Mission Shakti was a remarkable event in Indian History. India became only the 4th nation to unlock and prove the capability of Anti-Satellite weapons. But, this event increased the vulnerability of impact to International Space Station by 44%.
Speaking at a townhall on Monday, Bridenstine, NASA administrator, in a response to a question from a colleague, said that the risk to the ISS (due to possible collision with the space debris) had gone up by 44 per cent after the Indian anti-satellite test, though he added that both the ISS and the astronauts were safe.
“Here is what we know about the most recent direct ascent anti-satellite test done by India. We know that we have identified 400 pieces of orbital debris from that one event. That is what has been identified. Now, all of it cannot be tracked. What we are tracking right now, objects big enough to track and we are talking about objects 10 cm or bigger … about 60 pieces have been tracked. They have got tracking number… Out of those 60, we know that 24 of them are going above the apogee of ISS. That is a terrible terrible thing to create an event that creates debris that goes above the apogee of ISS,” Bridenstine said.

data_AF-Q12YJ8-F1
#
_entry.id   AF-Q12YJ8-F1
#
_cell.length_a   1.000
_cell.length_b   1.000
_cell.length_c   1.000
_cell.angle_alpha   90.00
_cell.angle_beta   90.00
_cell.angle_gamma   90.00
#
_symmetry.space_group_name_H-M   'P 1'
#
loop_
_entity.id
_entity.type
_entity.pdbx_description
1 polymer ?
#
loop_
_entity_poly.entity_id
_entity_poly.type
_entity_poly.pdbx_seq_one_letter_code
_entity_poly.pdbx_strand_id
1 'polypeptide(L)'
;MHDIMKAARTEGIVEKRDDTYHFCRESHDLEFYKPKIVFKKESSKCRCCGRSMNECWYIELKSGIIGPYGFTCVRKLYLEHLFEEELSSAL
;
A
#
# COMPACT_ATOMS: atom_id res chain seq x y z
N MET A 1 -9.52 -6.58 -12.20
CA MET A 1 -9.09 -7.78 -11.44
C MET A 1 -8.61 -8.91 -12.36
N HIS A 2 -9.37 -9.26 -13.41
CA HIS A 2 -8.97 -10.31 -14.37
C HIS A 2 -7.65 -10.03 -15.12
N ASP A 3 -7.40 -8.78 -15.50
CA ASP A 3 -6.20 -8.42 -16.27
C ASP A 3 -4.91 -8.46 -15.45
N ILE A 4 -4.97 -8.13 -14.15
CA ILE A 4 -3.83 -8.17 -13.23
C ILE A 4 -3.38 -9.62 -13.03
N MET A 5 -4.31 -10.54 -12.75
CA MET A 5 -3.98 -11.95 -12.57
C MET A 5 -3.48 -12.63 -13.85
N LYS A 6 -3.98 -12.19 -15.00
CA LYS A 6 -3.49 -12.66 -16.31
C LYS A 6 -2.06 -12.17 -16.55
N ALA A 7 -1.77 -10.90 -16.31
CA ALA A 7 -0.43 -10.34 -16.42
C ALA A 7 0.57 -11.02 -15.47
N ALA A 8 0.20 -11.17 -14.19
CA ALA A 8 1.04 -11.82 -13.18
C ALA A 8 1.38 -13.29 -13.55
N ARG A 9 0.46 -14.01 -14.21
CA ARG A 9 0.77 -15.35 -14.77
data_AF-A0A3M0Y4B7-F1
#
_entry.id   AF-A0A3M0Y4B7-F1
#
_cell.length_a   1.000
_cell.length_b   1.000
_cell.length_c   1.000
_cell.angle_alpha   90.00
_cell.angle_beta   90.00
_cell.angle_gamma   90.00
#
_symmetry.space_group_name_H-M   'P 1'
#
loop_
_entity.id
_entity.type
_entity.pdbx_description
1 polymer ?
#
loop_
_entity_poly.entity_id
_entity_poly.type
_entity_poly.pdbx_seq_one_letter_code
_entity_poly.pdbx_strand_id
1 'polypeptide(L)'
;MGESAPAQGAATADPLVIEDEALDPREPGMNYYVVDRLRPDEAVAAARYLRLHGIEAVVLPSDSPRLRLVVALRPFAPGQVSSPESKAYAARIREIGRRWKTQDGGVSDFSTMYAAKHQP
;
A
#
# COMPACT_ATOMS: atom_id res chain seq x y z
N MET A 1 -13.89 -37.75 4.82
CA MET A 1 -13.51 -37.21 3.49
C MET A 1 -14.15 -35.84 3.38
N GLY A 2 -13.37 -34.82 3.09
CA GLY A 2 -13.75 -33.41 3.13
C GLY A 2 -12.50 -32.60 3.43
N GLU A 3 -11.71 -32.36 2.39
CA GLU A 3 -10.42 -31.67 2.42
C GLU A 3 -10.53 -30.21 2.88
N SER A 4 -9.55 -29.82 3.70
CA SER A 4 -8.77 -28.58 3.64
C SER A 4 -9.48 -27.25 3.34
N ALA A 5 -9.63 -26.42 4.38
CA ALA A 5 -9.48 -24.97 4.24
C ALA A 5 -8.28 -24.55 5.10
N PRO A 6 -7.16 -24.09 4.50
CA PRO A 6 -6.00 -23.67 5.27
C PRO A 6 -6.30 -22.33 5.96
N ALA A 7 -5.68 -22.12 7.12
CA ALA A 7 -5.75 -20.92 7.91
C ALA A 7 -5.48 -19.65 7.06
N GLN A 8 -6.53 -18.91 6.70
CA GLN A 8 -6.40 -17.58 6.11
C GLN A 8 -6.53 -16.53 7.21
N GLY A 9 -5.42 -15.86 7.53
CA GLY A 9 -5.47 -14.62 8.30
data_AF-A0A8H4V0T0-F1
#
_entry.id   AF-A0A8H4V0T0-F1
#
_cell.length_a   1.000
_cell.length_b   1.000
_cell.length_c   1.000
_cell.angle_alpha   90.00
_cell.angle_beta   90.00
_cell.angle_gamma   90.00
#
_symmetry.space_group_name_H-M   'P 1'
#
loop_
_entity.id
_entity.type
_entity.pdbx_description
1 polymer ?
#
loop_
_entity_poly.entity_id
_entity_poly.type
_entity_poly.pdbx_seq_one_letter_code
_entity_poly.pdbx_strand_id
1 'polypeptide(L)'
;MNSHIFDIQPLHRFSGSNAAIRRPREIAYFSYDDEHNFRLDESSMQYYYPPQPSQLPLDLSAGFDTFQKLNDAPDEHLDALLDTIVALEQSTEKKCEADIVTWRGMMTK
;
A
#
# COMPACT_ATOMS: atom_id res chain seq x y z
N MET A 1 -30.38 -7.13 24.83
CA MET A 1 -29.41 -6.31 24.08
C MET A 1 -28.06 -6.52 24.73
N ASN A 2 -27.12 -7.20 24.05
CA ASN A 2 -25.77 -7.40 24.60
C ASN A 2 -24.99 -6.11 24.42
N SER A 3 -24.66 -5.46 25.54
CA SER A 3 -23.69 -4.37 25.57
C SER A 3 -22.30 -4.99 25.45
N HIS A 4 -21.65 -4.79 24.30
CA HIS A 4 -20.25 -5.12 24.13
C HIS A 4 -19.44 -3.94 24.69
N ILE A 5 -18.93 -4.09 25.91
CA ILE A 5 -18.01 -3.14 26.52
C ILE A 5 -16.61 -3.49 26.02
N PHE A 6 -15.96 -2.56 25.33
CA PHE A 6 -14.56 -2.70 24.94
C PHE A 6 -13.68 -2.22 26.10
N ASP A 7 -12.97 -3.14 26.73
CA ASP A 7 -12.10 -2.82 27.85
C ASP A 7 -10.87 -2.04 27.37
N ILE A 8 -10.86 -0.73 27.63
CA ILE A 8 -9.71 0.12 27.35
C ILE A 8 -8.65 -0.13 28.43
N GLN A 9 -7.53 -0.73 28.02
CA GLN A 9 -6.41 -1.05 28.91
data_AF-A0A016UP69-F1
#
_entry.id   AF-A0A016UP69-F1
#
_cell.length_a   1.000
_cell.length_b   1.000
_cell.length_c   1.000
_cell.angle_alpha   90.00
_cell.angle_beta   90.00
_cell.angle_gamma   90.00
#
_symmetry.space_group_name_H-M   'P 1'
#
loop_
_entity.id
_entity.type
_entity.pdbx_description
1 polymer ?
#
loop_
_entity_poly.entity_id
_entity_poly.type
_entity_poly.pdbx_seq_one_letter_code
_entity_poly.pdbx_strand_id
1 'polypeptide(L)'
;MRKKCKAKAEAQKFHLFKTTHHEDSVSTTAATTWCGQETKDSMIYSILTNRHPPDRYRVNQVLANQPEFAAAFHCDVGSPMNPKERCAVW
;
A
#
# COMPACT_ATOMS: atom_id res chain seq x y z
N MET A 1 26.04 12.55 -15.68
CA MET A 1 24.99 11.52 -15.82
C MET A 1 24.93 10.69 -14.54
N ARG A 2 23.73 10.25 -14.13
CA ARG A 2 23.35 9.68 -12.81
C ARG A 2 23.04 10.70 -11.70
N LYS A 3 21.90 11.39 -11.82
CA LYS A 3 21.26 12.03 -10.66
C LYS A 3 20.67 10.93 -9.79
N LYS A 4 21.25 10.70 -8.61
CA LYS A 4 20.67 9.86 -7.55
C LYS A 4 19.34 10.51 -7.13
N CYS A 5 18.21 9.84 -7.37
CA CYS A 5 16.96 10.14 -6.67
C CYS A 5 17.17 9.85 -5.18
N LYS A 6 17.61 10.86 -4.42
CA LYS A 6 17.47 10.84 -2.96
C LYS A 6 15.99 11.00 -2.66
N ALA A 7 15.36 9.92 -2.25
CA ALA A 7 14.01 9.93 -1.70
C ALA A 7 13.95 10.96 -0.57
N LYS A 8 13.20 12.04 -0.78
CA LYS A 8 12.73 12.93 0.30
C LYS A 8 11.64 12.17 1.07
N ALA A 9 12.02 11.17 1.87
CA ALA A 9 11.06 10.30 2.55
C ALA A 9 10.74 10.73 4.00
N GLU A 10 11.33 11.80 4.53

But he also said that the threat from the Indian test was much smaller compared to that created by a similar test by China in 2007, and that no harm was likely to be done to the ISS or the astronauts.
“The good thing is that it is low enough and over time this will all dissipate. You go back in time, 2007, (the) direct ascent anti-satellite test by the Chinese, a lot of the debris is still in the orbit,” he said.
The International Space Station, or ISS, is the world’s only permanent facility in space, and is always manned by one or more astronauts. The ISS serves as a platform to carry out a variety of experiments in space, especially those that require zero gravity, and also for testing new space systems and technologies.